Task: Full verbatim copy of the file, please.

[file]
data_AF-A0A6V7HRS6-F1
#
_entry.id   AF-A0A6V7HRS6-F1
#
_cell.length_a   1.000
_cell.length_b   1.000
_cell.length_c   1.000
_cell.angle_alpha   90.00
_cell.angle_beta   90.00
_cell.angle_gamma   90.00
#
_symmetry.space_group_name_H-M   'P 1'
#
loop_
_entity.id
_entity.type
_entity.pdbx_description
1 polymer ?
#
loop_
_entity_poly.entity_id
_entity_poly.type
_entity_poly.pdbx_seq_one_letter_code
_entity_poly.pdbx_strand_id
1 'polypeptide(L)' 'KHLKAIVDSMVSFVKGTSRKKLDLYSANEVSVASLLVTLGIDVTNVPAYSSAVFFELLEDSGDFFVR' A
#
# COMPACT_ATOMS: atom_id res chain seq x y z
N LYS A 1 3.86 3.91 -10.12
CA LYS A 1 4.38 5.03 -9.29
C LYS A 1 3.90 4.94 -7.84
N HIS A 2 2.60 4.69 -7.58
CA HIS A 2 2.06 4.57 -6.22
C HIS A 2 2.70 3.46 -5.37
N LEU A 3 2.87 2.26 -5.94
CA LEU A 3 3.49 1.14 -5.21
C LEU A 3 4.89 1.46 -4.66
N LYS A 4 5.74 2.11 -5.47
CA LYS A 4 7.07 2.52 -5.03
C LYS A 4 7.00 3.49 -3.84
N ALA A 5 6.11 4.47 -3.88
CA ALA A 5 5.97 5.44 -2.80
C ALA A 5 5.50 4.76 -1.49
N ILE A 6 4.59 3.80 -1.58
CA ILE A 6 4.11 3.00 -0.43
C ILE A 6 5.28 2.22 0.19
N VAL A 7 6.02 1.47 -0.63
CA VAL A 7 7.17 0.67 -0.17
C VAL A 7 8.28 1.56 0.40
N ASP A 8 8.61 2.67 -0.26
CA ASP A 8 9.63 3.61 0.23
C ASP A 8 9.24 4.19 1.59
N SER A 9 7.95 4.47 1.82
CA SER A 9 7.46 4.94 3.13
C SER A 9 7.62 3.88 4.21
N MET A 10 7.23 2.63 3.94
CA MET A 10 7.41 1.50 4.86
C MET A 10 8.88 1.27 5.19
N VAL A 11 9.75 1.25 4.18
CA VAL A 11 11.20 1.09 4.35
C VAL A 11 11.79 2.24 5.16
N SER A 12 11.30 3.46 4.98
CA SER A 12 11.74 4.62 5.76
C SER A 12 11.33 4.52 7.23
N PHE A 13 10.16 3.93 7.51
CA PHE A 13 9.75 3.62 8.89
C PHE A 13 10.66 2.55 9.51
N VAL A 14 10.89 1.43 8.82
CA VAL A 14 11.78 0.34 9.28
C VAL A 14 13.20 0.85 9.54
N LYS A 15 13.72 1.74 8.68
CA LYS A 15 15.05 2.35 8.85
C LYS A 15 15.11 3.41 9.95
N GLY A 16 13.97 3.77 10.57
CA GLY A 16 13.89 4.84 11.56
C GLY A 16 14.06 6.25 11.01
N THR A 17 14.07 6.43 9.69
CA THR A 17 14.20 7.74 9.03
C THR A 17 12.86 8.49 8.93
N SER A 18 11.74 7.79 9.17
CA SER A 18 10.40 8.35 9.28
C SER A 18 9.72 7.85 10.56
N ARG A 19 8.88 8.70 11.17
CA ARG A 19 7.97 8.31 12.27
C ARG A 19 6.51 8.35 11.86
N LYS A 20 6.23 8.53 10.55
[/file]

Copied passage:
data_AF-A0A6V7HRS6-F1
#
_entry.id   AF-A0A6V7HRS6-F1
#
_cell.length_a   1.000
_cell.length_b   1.000
_cell.length_c   1.000
_cell.angle_alpha   90.00
_cell.angle_beta   90.00
_cell.angle_gamma   90.00
#
_symmetry.space_group_name_H-M   'P 1'
#
loop_
_entity.id
_entity.type
_entity.pdbx_description
1 polymer ?
#
loop_
_entity_poly.entity_id
_entity_poly.type
_entity_poly.pdbx_seq_one_letter_code
_entity_poly.pdbx_strand_id
1 'polypeptide(L)' 'KHLKAIVDSMVSFVKGTSRKKLDLYSANEVSVASLLVTLGIDVTNVPAYSSAVFFELLEDSGDFFVR' A
#
# COMPACT_ATOMS: atom_id res chain seq x y z
N LYS A 1 3.86 3.91 -10.12
CA LYS A 1 4.38 5.03 -9.29
C LYS A 1 3.90 4.94 -7.84
N HIS A 2 2.60 4.69 -7.58
CA HIS A 2 2.06 4.57 -6.22
C HIS A 2 2.70 3.46 -5.37
N LEU A 3 2.87 2.26 -5.94
CA LEU A 3 3.49 1.14 -5.21
C LEU A 3 4.89 1.46 -4.66
N LYS A 4 5.74 2.11 -5.47
CA LYS A 4 7.07 2.52 -5.03
C LYS A 4 7.00 3.49 -3.84
N ALA A 5 6.11 4.47 -3.88
CA ALA A 5 5.97 5.44 -2.80
C ALA A 5 5.50 4.76 -1.49
N ILE A 6 4.59 3.80 -1.58
CA ILE A 6 4.11 3.00 -0.43
C ILE A 6 5.28 2.22 0.19
N VAL A 7 6.02 1.47 -0.63
CA VAL A 7 7.17 0.67 -0.17
C VAL A 7 8.28 1.56 0.40
N ASP A 8 8.61 2.67 -0.26
CA ASP A 8 9.63 3.61 0.23
C ASP A 8 9.24 4.19 1.59
N SER A 9 7.95 4.47 1.82
CA SER A 9 7.46 4.94 3.13
C SER A 9 7.62 3.88 4.21
N MET A 10 7.23 2.63 3.94
CA MET A 10 7.41 1.50 4.86
C MET A 10 8.88 1.27 5.19
N VAL A 11 9.75 1.25 4.18
CA VAL A 11 11.20 1.09 4.35
C VAL A 11 11.79 2.24 5.16
N SER A 12 11.30 3.46 4.98
CA SER A 12 11.74 4.62 5.76
C SER A 12 11.33 4.52 7.23
N PHE A 13 10.16 3.93 7.51
CA PHE A 13 9.75 3.62 8.89
C PHE A 13 10.66 2.55 9.51
N VAL A 14 10.89 1.43 8.82
CA VAL A 14 11.78 0.34 9.28
C VAL A 14 13.20 0.85 9.54
N LYS A 15 13.72 1.74 8.68
CA LYS A 15 15.05 2.35 8.85
C LYS A 15 15.11 3.41 9.95
N GLY A 16 13.97 3.77 10.57
CA GLY A 16 13.89 4.84 11.56
C GLY A 16 14.06 6.25 11.01
N THR A 17 14.07 6.43 9.69
CA THR A 17 14.20 7.74 9.03
C THR A 17 12.86 8.49 8.93
N SER A 18 11.74 7.79 9.17
CA SER A 18 10.40 8.35 9.28
C SER A 18 9.72 7.85 10.56
N ARG A 19 8.88 8.70 11.17
CA ARG A 19 7.97 8.31 12.27
C ARG A 19 6.51 8.35 11.86
N LYS A 20 6.23 8.53 10.55